A federal judge in New York has decided to dismiss the majority of accusations made by a former top executive at Better against the digital nonbank lender and other high-level executives, including claims related to labor and securities laws violations.
However, Judge Analisa Torres, from the federal court of the Southern District of New York, ordered on Sept. 29 that the case will proceed with other claims, such as intimidation and retaliation, according to court filings.
Sarah Pierce, former executive vice president for customer experience, sales and operations, filed a lawsuit on June 8, 2022, in the New York federal court, including Better Holdco, its founder Vishal Garg and general counsel Nicholas Calamari as defendants.
In the suit, Pierce asked for around $200 million in compensatory damages, punitive damages and civil penalties, interests and other costs.
In her decision, Torres granted Better a motion to dismiss several claims, among them that the company violated the Sarbanes-Oxley Act and the Dodd-Frank Act, which prohibits employers generally from retaliating against employees and whistleblowers.
Garg and Calamari’s motion to dismiss Pierce’s claim for breach of fiduciary duty, intentional infliction of emotional distress and tortious interference with contract were also granted.
Meanwhile, Torres maintained Pierce’s accusations against Better related to the New York Labor Law § 740 retaliation and the defamation claim under the theory of respondeat superior. Also, Garg’s motion to dismiss Pierce’s defamation claim was denied.
In another dispute involving Pierce and Better, Torres ruled that the former executive has to repay a loan to Better per the terms of the agreement, along with interest.
Pierce worked for the lender for over five years, reporting directly to Garg from September 2020 through February 2022. The company offered Pierce the option to purchase 450,000 shares of Better’s common stock at $5.06 per share.
The parties entered into two partial recourse promissory notes, whereby Better lent Pierce $2,277,000, with repayment for a 51% recourse. The earliest due date was 120 days after the termination of her employment. She left the company on Feb. 4, 2022.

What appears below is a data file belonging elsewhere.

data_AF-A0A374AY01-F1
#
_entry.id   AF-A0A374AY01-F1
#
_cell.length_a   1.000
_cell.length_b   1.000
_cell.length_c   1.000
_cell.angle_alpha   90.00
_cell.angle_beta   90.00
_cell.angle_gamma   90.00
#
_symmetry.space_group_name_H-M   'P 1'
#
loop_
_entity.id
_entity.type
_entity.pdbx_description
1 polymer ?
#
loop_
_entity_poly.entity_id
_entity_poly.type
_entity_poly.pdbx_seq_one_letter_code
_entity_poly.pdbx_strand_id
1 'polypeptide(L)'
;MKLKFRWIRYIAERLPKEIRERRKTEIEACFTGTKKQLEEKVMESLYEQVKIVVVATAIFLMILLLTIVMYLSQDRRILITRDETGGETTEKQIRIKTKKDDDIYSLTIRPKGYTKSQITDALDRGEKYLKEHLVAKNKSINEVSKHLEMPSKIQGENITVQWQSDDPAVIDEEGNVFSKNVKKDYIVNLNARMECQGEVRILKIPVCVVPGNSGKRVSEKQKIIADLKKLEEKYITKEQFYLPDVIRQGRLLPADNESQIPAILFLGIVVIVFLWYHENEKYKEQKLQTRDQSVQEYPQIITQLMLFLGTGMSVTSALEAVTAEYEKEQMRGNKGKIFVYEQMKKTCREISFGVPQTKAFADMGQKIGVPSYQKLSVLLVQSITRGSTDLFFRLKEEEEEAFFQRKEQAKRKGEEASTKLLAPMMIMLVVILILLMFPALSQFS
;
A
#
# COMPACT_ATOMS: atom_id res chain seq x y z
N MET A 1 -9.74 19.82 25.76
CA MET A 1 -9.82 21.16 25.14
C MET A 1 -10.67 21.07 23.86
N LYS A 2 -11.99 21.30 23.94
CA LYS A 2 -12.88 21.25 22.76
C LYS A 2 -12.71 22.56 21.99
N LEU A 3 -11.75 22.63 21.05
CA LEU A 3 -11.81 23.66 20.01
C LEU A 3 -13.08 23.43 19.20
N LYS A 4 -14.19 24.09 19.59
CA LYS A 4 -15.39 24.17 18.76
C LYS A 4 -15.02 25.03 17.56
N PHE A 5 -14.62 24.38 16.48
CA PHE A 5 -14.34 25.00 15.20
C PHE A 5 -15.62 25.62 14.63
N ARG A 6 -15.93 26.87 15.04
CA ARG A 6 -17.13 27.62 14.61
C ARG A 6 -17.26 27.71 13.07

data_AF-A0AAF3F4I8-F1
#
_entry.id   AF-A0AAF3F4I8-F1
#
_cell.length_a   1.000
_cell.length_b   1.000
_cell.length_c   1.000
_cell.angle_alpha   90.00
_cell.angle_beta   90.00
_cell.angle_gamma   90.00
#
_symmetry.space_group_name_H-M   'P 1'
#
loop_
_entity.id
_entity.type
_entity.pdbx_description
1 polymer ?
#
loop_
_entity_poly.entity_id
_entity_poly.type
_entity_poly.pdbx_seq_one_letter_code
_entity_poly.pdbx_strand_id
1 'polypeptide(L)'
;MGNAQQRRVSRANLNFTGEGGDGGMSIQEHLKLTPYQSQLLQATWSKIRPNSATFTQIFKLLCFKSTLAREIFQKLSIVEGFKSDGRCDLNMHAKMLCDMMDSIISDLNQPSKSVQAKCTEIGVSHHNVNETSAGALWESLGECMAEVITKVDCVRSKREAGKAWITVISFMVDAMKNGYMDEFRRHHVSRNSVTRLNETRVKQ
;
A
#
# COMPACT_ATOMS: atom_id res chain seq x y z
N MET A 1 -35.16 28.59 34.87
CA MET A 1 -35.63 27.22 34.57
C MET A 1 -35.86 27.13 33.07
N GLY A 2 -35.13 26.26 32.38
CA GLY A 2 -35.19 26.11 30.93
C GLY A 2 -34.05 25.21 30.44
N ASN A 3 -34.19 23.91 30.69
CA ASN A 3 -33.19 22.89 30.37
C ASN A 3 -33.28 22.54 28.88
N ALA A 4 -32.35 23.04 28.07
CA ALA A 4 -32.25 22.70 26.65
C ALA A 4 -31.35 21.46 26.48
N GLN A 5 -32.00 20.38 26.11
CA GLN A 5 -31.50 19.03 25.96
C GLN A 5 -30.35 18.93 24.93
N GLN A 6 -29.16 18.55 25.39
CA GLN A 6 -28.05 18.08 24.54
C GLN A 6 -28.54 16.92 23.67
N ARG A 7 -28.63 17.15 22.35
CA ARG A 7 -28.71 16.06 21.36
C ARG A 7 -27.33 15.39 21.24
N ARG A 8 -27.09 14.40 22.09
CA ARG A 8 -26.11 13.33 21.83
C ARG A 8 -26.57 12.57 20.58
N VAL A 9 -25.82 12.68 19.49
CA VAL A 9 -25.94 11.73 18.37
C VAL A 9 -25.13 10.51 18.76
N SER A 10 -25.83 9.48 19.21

Neal Brickman, an attorney for Pierce, wrote to HousingWire that the “Judge’s decision denying Better’s attempt to dismiss Ms. Pierce’s seminal claim – for retaliatory discharge pursuant to New York Labor Law Section 740 – to be a resounding win.”
“Ms. Pierce will now be able to conduct detailed discovery as to what actually went on with respect to her termination, including ascertaining additional facts showing that her termination was in retaliation for her engaging in protected activity,” Brickman wrote.
Regarding the defense’s next steps, Brickman wrote that they are considering commencing a 10(b)(5) action related to the “material misrepresentations that Better and Aurora made in their zeal to go public.”
“Now under public scrutiny, the stock price has tumbled from an opening public trade of $2.40 per share, to today’s price of 46 cents,” Brickman said. “Mr. Ryan and Mr. Garg continue to thrive and to pay themselves handsomely, while the shareholders suffer catastrophic [losses].”
A Better spokesperson wrote in a statement that Torres’ decision follows the Occupational Safety and Health Administration’s dismissal of Pierce’s whistleblower claims in August 2022 and the Securities and Exchange Commission’s decision not to take enforcement action against Better and end its investigation.
“Better will continue to defend itself in this lawsuit and looks forward to a favorable resolution,” the spokesperson wrote to HousingWire.
Better went public on Aug. 23 through a deal with special purpose acquisition company (SPAC) Aurora Acquisition Corp., ending a two-year journey to make the business public.
In connection with the closing of the SPAC deal, the company awarded transaction bonuses of $17 million in the aggregate to certain employees commencing on Sept. 25, including Garg, Calamari and chief financial officer Kevin Ryan, per SEC filings.
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